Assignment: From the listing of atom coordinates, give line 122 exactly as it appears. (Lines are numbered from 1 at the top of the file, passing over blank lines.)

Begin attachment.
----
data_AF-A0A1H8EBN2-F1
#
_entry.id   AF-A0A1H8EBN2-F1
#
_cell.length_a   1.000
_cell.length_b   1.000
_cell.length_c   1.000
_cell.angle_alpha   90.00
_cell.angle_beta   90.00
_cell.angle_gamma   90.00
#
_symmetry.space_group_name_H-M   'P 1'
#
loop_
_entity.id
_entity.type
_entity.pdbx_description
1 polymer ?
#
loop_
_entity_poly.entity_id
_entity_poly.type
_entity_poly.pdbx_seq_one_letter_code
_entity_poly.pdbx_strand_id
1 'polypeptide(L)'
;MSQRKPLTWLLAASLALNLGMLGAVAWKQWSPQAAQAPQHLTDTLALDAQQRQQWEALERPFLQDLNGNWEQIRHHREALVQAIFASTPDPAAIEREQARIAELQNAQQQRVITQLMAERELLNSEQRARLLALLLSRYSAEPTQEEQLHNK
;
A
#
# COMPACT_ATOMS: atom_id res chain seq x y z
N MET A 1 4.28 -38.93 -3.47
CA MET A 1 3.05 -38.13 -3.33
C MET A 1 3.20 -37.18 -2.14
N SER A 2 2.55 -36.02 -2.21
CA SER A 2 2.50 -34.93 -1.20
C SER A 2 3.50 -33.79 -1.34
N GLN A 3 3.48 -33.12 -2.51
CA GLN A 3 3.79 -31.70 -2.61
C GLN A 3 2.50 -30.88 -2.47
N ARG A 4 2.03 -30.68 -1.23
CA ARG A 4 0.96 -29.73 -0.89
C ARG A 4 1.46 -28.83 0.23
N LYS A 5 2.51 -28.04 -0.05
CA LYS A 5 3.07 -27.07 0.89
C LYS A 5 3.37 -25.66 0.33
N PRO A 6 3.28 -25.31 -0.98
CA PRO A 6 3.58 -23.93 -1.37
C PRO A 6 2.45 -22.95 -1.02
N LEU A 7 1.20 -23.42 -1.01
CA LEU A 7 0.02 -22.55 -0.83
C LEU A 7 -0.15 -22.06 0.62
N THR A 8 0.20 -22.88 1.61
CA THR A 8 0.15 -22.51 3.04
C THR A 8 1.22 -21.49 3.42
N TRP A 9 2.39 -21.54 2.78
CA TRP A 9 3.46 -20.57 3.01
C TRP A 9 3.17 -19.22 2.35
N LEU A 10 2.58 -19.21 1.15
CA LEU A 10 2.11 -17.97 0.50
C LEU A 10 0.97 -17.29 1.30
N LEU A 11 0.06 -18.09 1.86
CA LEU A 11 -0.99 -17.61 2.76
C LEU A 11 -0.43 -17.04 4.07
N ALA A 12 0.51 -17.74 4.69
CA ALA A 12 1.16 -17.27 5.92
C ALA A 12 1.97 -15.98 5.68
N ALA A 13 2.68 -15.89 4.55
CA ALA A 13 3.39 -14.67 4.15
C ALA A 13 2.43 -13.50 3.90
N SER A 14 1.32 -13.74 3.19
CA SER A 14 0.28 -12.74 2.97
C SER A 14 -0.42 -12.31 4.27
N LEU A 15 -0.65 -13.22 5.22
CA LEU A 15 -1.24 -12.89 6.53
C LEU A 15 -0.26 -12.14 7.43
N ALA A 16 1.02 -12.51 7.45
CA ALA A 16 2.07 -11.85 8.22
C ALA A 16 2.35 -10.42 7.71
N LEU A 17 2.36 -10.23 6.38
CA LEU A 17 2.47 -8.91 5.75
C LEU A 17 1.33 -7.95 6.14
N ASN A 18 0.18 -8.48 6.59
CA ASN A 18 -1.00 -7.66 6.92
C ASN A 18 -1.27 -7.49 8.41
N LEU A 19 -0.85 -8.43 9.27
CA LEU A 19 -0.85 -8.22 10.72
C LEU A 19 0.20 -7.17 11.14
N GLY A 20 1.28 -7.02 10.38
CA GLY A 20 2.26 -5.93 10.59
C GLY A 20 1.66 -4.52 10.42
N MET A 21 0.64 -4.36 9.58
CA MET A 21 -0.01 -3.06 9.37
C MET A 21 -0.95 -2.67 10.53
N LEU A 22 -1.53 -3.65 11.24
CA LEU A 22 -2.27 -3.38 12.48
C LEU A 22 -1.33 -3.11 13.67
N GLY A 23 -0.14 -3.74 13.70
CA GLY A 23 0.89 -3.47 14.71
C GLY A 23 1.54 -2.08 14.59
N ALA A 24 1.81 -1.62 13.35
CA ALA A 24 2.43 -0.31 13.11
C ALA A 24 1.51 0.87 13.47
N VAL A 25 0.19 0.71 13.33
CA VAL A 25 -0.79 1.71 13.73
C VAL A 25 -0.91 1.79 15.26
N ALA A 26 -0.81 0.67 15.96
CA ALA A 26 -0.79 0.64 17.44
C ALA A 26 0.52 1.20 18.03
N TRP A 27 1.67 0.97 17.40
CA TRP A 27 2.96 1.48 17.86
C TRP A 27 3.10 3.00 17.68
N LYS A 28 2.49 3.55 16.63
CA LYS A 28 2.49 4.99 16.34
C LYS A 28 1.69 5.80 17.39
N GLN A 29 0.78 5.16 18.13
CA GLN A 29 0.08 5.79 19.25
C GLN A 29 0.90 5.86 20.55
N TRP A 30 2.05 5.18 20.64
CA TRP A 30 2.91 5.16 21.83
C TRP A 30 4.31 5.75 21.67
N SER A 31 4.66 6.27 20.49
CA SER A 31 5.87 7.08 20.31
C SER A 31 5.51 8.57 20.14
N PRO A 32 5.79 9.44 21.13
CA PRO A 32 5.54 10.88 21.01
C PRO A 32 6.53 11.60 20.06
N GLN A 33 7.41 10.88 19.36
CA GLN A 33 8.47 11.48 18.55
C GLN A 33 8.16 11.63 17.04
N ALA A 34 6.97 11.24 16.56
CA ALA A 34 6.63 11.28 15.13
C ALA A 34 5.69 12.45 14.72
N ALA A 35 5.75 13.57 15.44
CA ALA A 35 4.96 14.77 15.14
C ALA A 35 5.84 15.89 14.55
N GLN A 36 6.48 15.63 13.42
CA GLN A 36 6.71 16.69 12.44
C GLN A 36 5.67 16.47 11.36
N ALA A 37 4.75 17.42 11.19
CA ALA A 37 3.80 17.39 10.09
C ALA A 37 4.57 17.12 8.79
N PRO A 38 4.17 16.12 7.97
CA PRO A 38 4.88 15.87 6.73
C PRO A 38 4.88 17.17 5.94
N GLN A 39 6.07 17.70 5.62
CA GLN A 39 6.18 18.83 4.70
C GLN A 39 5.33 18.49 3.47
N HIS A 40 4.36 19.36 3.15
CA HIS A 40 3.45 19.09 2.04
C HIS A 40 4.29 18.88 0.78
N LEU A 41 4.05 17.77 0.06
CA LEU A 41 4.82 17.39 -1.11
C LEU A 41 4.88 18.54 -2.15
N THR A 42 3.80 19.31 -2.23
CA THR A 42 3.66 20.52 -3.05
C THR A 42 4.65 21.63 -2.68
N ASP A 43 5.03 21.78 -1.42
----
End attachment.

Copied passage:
CA SER A 31 5.87 7.08 20.31